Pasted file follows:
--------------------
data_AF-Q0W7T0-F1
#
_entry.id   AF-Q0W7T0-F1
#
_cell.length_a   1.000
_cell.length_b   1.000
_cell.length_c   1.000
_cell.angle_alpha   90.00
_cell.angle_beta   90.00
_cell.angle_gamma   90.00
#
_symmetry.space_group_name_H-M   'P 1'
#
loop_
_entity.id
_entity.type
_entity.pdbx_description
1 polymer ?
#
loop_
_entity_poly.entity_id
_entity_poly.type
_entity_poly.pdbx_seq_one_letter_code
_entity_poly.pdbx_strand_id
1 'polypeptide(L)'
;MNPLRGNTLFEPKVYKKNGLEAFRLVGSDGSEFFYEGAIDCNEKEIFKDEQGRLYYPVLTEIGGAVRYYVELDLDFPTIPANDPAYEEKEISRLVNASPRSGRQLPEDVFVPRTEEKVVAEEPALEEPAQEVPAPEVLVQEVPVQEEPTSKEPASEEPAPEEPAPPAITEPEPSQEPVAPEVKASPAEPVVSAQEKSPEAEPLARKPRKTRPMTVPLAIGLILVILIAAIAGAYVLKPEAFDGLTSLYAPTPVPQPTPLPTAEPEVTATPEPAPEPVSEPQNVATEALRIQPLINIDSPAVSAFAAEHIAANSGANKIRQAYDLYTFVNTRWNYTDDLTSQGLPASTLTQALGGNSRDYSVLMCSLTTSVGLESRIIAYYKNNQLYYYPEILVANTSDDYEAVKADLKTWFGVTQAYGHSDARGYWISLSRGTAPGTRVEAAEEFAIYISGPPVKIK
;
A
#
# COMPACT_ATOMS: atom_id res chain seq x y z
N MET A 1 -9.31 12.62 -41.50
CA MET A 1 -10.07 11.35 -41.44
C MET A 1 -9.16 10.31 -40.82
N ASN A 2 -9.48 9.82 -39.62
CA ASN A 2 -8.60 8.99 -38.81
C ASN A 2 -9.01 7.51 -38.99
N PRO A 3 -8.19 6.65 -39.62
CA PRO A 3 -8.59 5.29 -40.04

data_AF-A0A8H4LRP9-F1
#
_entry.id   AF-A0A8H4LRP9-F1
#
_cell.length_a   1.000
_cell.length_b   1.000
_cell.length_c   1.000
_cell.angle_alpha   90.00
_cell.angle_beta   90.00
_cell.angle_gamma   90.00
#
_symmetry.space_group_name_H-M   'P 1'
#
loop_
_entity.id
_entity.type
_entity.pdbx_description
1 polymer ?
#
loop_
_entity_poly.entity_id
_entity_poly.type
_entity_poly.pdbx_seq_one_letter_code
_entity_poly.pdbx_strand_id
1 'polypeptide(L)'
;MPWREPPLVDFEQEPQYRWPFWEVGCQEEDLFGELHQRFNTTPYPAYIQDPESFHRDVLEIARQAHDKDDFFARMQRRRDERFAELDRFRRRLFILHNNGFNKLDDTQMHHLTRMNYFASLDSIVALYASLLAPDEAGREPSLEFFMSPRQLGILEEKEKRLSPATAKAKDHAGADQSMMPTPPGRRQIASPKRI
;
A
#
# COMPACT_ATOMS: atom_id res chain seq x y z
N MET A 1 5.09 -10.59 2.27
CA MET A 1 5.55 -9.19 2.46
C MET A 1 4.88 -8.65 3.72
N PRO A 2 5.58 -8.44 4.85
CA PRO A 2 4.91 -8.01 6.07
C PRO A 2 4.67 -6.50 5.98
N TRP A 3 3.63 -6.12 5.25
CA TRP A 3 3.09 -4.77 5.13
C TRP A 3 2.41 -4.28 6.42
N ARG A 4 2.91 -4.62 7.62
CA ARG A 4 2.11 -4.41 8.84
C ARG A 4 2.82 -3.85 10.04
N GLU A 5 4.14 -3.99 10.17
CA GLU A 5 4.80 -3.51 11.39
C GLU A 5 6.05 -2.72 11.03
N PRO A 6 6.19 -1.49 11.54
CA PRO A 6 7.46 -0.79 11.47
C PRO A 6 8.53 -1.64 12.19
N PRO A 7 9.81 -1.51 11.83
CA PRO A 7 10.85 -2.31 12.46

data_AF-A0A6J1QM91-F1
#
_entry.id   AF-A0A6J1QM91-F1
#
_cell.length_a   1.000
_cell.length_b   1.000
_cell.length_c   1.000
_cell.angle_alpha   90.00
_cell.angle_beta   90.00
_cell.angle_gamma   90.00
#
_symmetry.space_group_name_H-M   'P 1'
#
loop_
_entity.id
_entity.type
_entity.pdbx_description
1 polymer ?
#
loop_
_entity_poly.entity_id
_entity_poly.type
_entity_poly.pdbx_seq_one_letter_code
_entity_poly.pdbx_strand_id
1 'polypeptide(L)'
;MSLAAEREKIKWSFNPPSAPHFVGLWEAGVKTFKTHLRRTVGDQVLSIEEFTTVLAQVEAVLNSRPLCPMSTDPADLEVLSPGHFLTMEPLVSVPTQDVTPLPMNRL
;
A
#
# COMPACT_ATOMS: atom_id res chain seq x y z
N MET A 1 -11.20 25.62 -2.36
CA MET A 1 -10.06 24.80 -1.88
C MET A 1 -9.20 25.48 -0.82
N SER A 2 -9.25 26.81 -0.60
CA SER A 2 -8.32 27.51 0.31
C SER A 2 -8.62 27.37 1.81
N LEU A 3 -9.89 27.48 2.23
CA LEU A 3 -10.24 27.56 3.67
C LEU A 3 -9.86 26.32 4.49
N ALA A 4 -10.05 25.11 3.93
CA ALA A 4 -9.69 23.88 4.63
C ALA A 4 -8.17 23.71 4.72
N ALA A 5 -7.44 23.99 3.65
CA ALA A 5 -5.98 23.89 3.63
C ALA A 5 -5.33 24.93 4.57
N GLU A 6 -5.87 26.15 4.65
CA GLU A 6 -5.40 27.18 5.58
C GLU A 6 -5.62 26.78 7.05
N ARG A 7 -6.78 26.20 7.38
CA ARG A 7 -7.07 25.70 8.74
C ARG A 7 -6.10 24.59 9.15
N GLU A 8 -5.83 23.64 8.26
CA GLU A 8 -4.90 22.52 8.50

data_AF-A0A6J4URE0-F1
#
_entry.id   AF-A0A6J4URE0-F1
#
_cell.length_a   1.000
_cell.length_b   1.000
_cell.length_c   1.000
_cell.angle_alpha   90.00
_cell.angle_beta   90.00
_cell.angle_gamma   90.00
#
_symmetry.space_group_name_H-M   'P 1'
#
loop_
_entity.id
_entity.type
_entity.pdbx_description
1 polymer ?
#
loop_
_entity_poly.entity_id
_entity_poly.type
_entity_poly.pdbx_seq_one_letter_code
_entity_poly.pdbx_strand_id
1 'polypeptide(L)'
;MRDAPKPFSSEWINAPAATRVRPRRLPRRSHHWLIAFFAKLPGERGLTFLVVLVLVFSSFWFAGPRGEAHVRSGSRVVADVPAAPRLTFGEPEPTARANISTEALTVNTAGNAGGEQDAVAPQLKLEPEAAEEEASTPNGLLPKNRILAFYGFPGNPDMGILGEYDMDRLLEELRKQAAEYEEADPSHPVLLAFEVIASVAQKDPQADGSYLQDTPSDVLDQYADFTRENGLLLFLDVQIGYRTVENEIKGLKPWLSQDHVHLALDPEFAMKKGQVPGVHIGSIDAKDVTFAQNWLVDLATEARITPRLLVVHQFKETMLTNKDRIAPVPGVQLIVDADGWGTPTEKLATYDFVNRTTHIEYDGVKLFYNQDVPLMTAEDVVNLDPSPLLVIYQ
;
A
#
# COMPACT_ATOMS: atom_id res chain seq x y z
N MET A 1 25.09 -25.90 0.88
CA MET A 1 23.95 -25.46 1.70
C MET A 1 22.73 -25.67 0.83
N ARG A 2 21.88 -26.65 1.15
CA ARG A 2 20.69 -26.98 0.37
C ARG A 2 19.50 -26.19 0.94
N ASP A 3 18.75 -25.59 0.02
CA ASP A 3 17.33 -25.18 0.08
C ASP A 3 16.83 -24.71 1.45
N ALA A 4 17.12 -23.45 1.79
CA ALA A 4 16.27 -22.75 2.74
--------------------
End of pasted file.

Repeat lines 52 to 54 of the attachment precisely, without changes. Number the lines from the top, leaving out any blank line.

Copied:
loop_
_entity.id
_entity.type